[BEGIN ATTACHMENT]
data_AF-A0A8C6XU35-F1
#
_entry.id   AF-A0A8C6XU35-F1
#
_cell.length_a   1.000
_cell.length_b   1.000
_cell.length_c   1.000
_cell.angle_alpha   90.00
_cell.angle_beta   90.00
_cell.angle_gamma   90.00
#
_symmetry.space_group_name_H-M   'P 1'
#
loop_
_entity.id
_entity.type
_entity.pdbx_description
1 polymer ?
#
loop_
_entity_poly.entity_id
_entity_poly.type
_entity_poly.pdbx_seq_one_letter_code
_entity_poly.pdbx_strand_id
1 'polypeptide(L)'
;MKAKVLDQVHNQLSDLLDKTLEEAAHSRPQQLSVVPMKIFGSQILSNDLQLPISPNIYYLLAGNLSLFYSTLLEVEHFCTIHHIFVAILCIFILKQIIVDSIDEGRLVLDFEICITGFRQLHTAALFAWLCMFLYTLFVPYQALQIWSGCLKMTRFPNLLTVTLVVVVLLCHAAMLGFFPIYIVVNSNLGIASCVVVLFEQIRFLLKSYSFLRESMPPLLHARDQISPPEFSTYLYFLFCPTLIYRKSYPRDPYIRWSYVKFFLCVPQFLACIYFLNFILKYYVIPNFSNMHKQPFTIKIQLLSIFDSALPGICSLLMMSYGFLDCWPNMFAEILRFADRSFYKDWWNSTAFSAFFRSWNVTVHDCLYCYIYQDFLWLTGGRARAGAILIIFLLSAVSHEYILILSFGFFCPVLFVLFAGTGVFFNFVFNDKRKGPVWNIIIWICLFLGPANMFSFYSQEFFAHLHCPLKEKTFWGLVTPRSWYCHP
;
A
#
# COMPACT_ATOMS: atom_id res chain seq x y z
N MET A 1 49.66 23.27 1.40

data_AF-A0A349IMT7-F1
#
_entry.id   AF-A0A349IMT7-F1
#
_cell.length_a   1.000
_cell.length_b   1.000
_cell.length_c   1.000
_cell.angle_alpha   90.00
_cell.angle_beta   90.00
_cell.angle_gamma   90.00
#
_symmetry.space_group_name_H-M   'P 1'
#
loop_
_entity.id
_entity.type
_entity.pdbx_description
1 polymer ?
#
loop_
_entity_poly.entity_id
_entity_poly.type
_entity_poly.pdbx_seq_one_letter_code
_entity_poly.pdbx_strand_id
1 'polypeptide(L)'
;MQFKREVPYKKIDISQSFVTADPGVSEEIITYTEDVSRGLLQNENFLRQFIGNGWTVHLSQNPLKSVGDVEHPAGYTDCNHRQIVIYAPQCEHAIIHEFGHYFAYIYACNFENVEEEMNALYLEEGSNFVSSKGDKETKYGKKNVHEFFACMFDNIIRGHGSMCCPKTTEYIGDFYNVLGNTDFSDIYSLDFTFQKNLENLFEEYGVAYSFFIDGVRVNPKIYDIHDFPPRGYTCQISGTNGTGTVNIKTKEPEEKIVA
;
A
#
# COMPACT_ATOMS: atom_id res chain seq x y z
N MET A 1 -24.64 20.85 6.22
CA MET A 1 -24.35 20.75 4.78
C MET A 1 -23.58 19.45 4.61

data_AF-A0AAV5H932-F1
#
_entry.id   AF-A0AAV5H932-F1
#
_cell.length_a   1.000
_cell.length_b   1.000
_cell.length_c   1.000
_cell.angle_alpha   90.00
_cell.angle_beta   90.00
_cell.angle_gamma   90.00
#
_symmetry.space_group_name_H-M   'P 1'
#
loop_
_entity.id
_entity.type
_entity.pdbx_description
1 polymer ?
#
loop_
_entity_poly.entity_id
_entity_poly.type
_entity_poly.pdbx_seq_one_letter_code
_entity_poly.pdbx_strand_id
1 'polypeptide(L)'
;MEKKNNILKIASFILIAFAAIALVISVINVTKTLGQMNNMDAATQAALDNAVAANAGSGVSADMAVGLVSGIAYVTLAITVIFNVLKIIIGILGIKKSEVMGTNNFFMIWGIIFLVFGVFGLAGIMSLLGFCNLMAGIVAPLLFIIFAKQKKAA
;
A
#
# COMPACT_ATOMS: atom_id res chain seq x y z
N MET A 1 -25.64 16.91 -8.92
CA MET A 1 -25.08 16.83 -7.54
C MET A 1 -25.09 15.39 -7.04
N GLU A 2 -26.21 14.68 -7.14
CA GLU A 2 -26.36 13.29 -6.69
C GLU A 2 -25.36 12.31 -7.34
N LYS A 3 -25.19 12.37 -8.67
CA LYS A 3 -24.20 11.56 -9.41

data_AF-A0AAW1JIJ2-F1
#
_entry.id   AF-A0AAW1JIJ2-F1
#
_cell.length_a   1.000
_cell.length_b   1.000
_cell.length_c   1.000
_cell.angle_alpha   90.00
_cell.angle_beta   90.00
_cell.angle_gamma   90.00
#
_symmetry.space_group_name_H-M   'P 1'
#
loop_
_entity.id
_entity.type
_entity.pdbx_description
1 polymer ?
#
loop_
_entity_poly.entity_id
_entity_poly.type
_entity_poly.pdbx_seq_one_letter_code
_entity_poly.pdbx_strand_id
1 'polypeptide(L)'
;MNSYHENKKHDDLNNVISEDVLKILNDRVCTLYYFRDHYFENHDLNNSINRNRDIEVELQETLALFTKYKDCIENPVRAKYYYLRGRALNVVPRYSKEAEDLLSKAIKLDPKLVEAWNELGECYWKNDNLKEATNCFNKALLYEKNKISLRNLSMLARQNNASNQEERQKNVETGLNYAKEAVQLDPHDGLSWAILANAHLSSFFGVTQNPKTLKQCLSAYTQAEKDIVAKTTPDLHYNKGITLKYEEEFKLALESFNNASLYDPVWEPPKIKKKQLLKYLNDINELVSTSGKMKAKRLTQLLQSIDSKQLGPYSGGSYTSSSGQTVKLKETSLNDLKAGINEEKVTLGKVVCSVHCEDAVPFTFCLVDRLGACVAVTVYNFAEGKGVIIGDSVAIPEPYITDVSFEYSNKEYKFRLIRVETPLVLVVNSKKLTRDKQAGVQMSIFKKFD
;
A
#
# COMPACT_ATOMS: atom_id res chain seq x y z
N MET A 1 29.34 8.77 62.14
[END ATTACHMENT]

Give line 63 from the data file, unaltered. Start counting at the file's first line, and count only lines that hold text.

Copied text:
CA MET A 1 -24.35 20.75 4.78